What’s Your Goal?

I write about strategies to turn fans into customers and customers into fans. I also share ways to use real-time strategies to spread ideas, influence minds, and build business.

New Rules of Marketing and PR  |  Buyer Persona  |  Marketing  |  Best Practices

shutterstock_573409429I am often asked to critique marketing plans and programs as well as tactics like websites, and social networking feeds. My typical responses—“What's the goal?” and “What problems do you solve for your buyers?”—often throw people off.

It is amazing that so few marketers have established goals for their marketing programs. Often, they can’t articulate who their buyers are and what problems they solve for them.

An effective web marketing and PR strategy delivers compelling content to buyers and gets them to act.

And no, metrics like the number of “likes” or the number of inbound links aren’t good goals because these don’t directly contribute to business success.

Organizations that understand the new rules of marketing and PR have a clearly defined business goal—to sell products, to generate contributions, or to get people to apply or vote or join. These successful organizations aren't focused on the wrong goals, things like press clips and advertising awards and social media likes.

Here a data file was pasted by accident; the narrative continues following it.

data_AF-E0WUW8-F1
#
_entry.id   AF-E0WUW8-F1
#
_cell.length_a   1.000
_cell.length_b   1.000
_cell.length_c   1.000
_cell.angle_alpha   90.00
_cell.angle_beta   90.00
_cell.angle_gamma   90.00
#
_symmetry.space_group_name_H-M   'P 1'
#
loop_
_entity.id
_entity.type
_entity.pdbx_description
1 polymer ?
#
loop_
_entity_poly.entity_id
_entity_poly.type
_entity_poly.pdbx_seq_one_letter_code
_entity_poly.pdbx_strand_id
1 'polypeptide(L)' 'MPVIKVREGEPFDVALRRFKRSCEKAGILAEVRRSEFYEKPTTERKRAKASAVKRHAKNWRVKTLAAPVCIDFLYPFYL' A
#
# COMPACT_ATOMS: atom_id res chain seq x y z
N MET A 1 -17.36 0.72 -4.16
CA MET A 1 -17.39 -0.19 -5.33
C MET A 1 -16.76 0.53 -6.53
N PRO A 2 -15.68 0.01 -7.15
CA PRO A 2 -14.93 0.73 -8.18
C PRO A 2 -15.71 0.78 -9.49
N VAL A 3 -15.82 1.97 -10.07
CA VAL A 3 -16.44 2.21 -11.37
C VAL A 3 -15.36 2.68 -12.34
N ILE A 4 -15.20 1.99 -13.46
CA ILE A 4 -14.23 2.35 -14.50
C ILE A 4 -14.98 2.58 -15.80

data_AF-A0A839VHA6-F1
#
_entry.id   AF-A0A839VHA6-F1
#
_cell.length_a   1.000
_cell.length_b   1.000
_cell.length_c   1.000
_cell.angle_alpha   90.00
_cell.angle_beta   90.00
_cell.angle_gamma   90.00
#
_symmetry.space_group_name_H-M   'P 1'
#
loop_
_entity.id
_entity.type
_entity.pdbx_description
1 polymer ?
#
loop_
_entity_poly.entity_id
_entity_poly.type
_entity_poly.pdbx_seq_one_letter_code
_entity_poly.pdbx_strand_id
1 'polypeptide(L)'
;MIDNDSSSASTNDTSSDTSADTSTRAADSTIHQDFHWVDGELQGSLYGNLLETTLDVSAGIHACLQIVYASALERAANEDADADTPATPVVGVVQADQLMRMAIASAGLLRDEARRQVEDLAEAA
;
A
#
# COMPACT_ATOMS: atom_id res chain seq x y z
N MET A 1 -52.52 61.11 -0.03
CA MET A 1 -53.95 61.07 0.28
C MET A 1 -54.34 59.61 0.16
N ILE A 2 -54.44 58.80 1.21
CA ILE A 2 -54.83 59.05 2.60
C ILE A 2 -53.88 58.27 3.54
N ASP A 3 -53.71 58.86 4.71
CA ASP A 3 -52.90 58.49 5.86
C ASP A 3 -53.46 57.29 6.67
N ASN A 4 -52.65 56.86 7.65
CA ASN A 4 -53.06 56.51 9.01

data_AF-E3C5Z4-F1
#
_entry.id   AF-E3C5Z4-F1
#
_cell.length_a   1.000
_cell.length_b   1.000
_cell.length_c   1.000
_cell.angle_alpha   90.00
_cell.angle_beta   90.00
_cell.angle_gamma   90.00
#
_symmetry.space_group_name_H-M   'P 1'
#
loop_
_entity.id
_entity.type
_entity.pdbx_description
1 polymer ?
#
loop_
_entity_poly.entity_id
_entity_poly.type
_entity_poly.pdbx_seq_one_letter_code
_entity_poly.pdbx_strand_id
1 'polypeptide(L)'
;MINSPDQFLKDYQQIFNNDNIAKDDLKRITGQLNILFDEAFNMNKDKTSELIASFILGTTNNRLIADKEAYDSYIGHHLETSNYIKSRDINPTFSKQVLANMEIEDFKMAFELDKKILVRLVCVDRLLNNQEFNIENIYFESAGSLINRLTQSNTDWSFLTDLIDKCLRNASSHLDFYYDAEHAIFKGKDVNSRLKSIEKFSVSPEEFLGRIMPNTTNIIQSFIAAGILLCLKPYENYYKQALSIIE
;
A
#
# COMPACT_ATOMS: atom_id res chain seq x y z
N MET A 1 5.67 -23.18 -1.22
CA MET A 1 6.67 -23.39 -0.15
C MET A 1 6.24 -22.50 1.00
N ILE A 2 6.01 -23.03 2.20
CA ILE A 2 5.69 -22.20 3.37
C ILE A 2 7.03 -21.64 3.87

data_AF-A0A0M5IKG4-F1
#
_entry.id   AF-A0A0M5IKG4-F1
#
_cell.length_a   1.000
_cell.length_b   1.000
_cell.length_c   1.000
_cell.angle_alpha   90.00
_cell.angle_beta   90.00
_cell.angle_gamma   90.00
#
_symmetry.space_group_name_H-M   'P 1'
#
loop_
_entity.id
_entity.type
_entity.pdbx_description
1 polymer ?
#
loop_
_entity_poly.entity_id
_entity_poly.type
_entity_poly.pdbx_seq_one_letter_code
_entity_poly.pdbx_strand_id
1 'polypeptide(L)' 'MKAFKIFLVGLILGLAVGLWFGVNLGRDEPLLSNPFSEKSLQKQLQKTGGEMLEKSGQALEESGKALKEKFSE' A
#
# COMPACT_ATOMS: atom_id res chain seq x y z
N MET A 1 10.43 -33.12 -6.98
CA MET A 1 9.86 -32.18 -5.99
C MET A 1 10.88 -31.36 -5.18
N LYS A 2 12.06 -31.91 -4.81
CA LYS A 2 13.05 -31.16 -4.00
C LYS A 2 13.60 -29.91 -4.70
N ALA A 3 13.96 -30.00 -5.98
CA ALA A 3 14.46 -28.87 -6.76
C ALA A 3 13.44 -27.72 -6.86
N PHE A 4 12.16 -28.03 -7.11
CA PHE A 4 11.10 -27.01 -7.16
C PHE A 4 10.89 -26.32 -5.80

At successful organizations, content draws visitors into the sales-consideration cycle and then funnel them toward the place where action occurs. The goal is not hidden, and it is easy for buyers to find the way to take the next step. When content effectively drives action, the next step of the sales process—an e-commerce company's “Products” button, the B2B corporation's “White Paper Download” form, or a nonprofit's “Donate” link—is easy to find.

Working from the perspective of the company's desire for revenue growth and customer retention (the goals), rather than focusing on made-up metrics for things like website traffic, yields surprising changes in the typical marketing plan and in the organization of web content.

Website traffic doesn't matter if your goal is revenue (however, the traffic may lead to the goal). Similarly, being ranked number one on Google for a phrase isn't important (although, if your buyers care about that phrase, it can lead to the goal).

Marketing Strategy DiagramHere’s a link to my simple marketing strategy planning template to help you implement strategies and tactics for reaching buyers directly. It’s free with no registration required.

Ultimately, when marketers focus on the same goals as the rest of the organization, we develop marketing programs that really deliver action and begin to contribute to the bottom line and command respect. Rather than meeting rolled eyes and snide comments about marketing as simply the T-shirt department, we're seen as part of a strategic unit that contributes to reaching the organization's goals.

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